Spotlight on Misconceptions

Resources, ideas and prompts for discussion related to Explanation

Dealing with errors and misconceptions ‘head-on’

The ideas that follow draws on concepts from the chapter on ‘Explanation and Modelling’ in the excellent book ‘Teaching Walkthrus: Five Step Guides to Instructional Coaching’ by Tom Sherrington and Oliver Caviglioli (also part of the MACS CPD Library).

There are often misconceptions that crop up repeatedly in subjects, if students develop a schema around said misconception (that is an idea or formed plan about something based on what they have been exposed to), then just reteaching the ‘correct’ version can fail to rectify the issue unless deliberate re-thinking takes place.

Five steps or points of advice from ‘Teaching Walkthrus’ suggests:

  1. Identify the common misconceptions: Use your expert knowledge of the curriculum and assessment linked to your subject area to identify the most common errors/misconceptions. Consider why these happen? At what point does the issue arise? Purposely plan to teach learners about these with these key moments in mind.
  2. Introduce the misconception explicitly: Present the misconception to your class but from the outset make clear that it is wrong, or at least not fully correct! some examples; If we write 1/4 + 2/3 = 3/7 what mistake have we made?…Julia says the candle has disappeared because the wax has simply melted, why is this not quite true, what is wrong?…Mike says that if 10% of £100 is £10 then 20% of £200 must be £20, where has he gone wrong?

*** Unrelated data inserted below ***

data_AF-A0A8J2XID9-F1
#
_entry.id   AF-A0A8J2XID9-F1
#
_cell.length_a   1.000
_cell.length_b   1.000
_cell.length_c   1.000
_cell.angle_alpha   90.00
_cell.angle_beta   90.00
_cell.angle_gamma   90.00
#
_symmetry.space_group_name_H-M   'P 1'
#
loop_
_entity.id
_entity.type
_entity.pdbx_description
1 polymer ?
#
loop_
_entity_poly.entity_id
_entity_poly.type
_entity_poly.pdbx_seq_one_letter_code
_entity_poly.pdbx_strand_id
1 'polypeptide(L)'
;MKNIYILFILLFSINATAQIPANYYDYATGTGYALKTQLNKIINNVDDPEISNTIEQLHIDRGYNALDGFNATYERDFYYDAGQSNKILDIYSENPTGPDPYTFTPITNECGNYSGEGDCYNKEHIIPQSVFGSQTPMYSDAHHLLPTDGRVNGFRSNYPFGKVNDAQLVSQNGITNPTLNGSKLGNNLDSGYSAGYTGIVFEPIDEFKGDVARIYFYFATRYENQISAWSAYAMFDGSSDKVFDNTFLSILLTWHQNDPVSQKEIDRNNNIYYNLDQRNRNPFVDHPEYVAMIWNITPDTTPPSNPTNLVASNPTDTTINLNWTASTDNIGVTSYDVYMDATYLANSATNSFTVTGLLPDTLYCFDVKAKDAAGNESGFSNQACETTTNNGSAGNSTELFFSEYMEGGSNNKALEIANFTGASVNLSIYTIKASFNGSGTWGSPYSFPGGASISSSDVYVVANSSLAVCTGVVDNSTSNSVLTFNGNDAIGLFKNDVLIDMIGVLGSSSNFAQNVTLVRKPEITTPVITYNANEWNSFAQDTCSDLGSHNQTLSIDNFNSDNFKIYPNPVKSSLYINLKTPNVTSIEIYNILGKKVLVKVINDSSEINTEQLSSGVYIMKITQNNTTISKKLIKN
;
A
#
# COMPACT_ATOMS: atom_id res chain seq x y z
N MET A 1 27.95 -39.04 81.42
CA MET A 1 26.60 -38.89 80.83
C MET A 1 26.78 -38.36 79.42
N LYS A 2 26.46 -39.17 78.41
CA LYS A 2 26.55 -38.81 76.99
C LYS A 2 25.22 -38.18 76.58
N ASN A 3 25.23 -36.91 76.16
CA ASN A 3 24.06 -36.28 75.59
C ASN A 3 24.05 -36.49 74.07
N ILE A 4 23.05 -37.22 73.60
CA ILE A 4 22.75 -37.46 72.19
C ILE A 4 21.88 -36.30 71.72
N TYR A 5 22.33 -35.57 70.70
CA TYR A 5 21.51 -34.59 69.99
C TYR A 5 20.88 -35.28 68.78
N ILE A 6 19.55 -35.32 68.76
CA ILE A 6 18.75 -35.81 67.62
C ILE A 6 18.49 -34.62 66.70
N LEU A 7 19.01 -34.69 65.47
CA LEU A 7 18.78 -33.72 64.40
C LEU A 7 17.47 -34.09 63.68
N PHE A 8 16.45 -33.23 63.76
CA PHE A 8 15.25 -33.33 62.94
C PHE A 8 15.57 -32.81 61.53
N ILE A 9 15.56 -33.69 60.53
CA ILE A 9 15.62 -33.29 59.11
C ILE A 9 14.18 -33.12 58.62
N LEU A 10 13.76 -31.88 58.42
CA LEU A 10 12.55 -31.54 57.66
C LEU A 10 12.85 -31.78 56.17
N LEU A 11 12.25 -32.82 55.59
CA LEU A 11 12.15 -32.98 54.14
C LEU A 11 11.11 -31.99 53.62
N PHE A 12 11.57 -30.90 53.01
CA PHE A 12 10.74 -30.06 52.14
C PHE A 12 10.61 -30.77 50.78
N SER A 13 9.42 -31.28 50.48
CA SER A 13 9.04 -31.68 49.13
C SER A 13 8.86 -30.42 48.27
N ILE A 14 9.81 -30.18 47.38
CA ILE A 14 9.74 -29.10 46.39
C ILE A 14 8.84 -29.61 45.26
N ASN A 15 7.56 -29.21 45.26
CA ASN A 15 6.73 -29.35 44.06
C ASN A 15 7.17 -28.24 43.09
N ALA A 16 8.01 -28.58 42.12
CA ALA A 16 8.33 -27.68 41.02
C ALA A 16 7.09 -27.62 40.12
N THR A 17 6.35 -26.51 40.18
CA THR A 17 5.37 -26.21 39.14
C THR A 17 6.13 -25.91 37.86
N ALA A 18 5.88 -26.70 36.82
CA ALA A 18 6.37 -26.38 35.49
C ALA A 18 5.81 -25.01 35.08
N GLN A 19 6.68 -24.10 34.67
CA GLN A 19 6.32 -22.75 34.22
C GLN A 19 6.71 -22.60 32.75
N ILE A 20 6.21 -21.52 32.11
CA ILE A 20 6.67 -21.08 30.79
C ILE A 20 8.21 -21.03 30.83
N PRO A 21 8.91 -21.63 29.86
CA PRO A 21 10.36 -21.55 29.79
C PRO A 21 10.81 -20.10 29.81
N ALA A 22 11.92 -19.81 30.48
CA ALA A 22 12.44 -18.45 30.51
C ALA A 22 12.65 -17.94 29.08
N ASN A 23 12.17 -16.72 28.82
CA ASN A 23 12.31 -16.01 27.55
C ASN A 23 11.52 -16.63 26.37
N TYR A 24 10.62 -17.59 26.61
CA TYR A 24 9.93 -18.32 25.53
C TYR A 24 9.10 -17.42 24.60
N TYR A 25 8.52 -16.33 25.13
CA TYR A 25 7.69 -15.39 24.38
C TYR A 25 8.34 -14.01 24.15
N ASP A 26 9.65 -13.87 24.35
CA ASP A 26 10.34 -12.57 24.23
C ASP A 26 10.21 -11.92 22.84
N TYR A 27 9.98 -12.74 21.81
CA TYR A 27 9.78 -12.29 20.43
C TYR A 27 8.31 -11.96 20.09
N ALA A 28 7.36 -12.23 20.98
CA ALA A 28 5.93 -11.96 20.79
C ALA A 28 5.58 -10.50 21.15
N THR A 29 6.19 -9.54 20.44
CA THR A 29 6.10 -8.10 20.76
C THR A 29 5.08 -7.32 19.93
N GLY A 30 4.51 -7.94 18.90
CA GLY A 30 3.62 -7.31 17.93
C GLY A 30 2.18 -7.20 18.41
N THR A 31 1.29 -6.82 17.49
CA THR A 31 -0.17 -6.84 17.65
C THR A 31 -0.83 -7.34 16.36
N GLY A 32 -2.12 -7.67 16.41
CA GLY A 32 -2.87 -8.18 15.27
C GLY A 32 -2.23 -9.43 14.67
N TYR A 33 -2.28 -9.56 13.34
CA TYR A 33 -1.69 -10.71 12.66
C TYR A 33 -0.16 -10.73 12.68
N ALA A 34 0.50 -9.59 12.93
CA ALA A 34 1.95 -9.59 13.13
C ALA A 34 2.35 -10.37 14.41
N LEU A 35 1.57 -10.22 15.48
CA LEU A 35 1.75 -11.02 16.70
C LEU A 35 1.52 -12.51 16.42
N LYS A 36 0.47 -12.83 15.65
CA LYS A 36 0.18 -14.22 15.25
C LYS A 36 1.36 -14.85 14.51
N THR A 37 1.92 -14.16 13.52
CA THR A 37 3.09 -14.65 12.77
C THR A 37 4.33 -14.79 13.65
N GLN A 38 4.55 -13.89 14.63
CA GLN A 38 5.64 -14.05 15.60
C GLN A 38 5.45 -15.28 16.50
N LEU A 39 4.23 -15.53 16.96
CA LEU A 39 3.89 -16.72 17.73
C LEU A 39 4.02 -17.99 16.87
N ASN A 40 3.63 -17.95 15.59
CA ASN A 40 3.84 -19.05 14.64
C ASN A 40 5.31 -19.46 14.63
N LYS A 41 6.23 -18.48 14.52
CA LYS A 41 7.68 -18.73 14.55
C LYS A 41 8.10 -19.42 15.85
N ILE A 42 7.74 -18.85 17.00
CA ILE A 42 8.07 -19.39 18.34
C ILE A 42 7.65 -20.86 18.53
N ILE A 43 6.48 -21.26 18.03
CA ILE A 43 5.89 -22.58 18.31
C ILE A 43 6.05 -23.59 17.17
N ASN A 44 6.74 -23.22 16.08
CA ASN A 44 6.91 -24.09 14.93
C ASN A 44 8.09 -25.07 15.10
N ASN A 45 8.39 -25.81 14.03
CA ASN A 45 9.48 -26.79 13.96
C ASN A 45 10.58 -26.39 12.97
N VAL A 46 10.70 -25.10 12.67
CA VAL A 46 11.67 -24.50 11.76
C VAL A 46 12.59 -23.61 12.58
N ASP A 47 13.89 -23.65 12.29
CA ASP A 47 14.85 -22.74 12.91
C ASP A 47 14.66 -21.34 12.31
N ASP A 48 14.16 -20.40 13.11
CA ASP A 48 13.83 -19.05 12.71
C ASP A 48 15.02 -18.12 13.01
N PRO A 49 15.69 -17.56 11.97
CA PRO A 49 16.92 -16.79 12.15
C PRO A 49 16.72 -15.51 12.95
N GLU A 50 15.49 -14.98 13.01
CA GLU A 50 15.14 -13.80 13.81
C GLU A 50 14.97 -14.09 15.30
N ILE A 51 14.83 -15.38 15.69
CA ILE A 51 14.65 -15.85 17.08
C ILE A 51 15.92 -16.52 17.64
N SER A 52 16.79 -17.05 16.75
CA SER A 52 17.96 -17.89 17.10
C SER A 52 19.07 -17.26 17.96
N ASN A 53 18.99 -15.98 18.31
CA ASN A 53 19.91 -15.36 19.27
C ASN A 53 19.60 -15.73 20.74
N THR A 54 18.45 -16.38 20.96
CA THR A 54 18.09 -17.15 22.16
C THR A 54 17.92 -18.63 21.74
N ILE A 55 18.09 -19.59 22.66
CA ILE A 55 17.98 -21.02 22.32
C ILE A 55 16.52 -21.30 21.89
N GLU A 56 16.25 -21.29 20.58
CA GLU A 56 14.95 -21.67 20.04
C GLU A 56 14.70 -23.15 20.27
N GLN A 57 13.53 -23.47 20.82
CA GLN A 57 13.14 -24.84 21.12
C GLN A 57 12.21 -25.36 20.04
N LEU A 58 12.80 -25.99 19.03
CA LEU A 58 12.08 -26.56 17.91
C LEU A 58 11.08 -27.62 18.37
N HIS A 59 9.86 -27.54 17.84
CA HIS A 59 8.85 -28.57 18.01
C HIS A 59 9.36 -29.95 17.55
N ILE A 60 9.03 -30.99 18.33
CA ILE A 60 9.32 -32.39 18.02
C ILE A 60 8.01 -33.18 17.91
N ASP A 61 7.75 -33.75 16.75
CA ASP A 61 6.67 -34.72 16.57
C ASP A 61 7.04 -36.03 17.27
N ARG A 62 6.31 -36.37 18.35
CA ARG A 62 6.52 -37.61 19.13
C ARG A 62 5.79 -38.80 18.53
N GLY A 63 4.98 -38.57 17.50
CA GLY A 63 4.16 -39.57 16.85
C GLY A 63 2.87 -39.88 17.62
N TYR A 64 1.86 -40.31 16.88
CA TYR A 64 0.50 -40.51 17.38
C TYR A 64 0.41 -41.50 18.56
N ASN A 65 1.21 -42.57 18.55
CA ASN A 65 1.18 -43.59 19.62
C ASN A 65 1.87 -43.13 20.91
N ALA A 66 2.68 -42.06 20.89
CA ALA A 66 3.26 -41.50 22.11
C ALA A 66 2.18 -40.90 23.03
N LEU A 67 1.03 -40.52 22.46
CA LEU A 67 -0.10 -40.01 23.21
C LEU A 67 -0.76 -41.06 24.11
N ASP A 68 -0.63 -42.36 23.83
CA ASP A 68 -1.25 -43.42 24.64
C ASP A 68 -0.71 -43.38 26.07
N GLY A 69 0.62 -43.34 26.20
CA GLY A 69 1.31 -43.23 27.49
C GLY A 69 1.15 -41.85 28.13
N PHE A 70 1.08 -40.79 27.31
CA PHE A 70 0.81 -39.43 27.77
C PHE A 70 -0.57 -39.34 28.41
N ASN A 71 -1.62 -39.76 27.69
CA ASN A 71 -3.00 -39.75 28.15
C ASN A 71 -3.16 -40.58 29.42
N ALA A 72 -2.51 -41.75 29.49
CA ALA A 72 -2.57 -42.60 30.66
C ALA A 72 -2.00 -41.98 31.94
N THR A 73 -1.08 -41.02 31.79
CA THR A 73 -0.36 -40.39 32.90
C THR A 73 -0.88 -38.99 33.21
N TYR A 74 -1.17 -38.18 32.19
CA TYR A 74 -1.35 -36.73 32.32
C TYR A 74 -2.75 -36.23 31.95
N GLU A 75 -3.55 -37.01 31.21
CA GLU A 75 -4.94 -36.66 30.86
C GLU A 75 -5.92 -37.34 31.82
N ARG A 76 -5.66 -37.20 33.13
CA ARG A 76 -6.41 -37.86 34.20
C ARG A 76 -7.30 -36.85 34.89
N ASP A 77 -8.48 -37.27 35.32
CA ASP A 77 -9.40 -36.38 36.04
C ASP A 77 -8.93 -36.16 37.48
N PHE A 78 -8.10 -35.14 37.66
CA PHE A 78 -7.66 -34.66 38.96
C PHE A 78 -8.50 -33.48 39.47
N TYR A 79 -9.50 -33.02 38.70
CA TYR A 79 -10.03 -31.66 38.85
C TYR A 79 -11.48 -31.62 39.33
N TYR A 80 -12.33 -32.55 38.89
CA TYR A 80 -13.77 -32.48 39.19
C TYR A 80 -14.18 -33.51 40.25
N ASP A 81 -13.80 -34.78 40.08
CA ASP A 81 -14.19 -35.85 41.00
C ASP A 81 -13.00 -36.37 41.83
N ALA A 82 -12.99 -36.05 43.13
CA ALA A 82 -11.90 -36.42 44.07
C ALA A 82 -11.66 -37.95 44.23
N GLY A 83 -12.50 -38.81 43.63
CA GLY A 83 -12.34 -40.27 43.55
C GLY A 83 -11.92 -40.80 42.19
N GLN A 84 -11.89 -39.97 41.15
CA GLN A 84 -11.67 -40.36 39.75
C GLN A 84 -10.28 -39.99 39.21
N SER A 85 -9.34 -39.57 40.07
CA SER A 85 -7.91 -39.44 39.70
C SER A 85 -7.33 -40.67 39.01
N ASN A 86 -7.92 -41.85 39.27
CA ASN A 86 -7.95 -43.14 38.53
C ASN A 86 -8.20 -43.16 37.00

3. Reinforce with a correct model: Re-introduce or re-teach the model that explains what is wrong with the statements/errors. We may have to go back to basics, but when we do so we should point out where this proves the misconception to be wrong. So for the above examples; the need to include common denominators when we add fractions, the fact that combustion is a chemical change in the candle and material has not disappeared, the meaning of percentage and ratios and how they work.
  4. Check for understanding of both the error and the correction: Get students to explain back to you what (and why) the errors were again and how they can and should be corrected. Just talking it through as the teacher does not provide the opportunity for them to reinforce it.
  5. Practise the correct method/version: Strengthen the correct approach through practice. Use similar example questions to test the corrected explanations, review and revisit it over time with more questions, particularly if it is one of those really stubborn misconceptions that drives you a little bit to despair – you want to make sure that you have shifted thinking!
ideas from the chapter on Explanation and Modelling, by Tom Sherrington and Oliver Caviglioli

Associated further reading and references:

  • Sherrington, T., and Caviglioli, O., 2020. TEACHING WALKTHRUS. [S.l.]: JOHN CATT EDUCATIONAL LTD.

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